The SuperBattery combines the way ultracapacitors store charge in electrical fields with a small amount of “wet” chemical reaction to allow the batteries to store energy for longer.

Madiberk says the battery is designed to be used in combination with lithium-ion batteries or even hydrogen fuel cells.

“We are not a silver bullet or a complete solution on our own. You won’t have long-range electric vehicles running purely on our technology. But combining a lithium-ion battery with a SuperBattery can reduce charging time, as well as the overall cost and weight of the battery system in the car. We are a building block in developing a much more efficient system.”

“When I tell people that our ultracapacitors have four times the power density of Tesla, people just assume it is marketing hype.”

Going up against Tesla — with its name recognition and marketing power — is not easy, Madiberk admits.

“When I tell people that our ultracapacitors have four times the power density of Tesla, people just assume it is marketing hype,” he says.

But independent studies have backed up the fact that Skeleton is already beating US rivals in ultracapacitors. Last year a study backed by the US Office of Naval Research found that Skeleton’s SkelCap ultracapacitors outperformed those from Maxwell and Ioxus by a large margin.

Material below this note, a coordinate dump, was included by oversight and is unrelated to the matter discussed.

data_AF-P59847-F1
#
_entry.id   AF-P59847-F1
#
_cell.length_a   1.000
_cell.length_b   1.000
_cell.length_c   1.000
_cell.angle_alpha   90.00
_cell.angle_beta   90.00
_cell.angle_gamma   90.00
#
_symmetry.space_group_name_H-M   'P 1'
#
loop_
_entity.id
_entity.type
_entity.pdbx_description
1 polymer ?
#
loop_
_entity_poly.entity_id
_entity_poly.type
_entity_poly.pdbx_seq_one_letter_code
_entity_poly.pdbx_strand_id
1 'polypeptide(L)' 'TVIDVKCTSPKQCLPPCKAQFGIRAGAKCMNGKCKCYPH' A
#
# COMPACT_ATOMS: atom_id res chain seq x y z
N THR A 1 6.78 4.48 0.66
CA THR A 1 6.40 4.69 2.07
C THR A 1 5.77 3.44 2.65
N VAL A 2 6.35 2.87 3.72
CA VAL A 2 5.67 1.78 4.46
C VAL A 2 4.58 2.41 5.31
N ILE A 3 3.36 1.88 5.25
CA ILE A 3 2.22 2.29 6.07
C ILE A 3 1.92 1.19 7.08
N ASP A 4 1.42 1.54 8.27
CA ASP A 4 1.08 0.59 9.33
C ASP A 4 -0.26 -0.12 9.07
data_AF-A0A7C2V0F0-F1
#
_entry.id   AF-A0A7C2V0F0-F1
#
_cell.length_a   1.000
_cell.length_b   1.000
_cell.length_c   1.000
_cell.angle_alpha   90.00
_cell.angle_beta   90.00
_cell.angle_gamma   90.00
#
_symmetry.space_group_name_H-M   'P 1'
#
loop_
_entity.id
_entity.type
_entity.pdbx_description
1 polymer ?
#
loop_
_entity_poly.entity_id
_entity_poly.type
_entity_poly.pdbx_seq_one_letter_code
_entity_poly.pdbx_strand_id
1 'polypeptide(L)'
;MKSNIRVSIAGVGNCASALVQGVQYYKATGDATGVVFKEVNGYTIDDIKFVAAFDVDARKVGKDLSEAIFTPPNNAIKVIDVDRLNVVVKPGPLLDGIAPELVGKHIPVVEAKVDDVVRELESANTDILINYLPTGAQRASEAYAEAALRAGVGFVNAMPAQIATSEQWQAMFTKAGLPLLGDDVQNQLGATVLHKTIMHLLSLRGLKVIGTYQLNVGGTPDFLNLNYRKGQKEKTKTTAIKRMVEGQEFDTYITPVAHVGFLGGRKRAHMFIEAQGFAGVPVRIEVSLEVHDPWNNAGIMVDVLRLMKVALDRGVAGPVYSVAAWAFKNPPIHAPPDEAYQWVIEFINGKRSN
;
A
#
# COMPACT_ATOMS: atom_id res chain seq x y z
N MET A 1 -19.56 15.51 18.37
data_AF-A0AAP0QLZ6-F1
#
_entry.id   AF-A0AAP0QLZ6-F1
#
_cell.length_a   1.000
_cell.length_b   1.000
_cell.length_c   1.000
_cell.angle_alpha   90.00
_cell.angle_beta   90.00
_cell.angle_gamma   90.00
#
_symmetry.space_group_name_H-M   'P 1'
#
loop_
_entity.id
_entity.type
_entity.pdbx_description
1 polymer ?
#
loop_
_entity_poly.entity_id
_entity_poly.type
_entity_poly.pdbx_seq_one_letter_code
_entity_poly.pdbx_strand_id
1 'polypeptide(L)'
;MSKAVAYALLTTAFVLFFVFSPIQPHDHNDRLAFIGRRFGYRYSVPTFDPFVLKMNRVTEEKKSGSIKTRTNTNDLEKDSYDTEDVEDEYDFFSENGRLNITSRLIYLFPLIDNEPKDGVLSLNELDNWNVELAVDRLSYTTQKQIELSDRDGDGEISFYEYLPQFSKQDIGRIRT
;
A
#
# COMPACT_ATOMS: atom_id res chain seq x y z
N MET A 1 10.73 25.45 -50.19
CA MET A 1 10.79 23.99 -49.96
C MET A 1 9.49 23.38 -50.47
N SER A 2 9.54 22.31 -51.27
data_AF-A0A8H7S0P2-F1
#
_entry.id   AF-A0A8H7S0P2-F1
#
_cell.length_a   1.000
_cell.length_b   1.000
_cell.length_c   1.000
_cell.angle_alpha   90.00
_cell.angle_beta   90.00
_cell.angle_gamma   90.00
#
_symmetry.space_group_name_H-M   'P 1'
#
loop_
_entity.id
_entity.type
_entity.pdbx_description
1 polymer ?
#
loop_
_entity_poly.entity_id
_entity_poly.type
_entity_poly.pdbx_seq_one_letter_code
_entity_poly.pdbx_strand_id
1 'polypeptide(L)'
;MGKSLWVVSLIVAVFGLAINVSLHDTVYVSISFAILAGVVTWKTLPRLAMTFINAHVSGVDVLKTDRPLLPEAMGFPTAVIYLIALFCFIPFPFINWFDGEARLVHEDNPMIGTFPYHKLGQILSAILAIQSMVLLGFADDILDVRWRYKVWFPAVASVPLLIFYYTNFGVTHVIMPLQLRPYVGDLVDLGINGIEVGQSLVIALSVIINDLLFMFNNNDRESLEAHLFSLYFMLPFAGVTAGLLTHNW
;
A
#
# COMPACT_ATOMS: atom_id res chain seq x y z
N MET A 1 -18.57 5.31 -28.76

“For them to find that a European technology was the leader was, I am sure, not what they were expecting,” says Madiberk. “It was a great validation for us.”

“European research in energy storage — especially in Germany — is clearly some of the best in the world,” he adds. “It is just that our ability to commercialise it is not as good. That’s where we come in. Maybe we can change that.”

17
Join the conversation

avatar
  Subscribe  
newest oldest most voted
Notify of
Sasquatch
Sasquatch

Painfully slow recharging at home is electric installation problem, not battery.

15 seconds recharge of 60kWh battery pack would require 3000kW charger…
That’s a big offshore wind turbine output…
7500A at 400v you would need a crane to lift the cable…

Silviu Gordes
Silviu Gordes

Many people don’t do math. I have a 400 KVA transformer and 150 Kwh cable, but only 80 Amp circuit breakers. So i cant/t pass that one unless i invest more money. For a regular household, you cannot charge more than 3 – 7 kwh so doen’s matter how fast they recharge, unles you have a infrastrucutre ready for that. Then, the batteries like to be charged at 0,2 – 0,5C. So that is even more problematic. I am transforming a diesel into a hybrid then i can lower most of the city emisions and drive longer distances with very… Read more »

Ross Plecash
Ross Plecash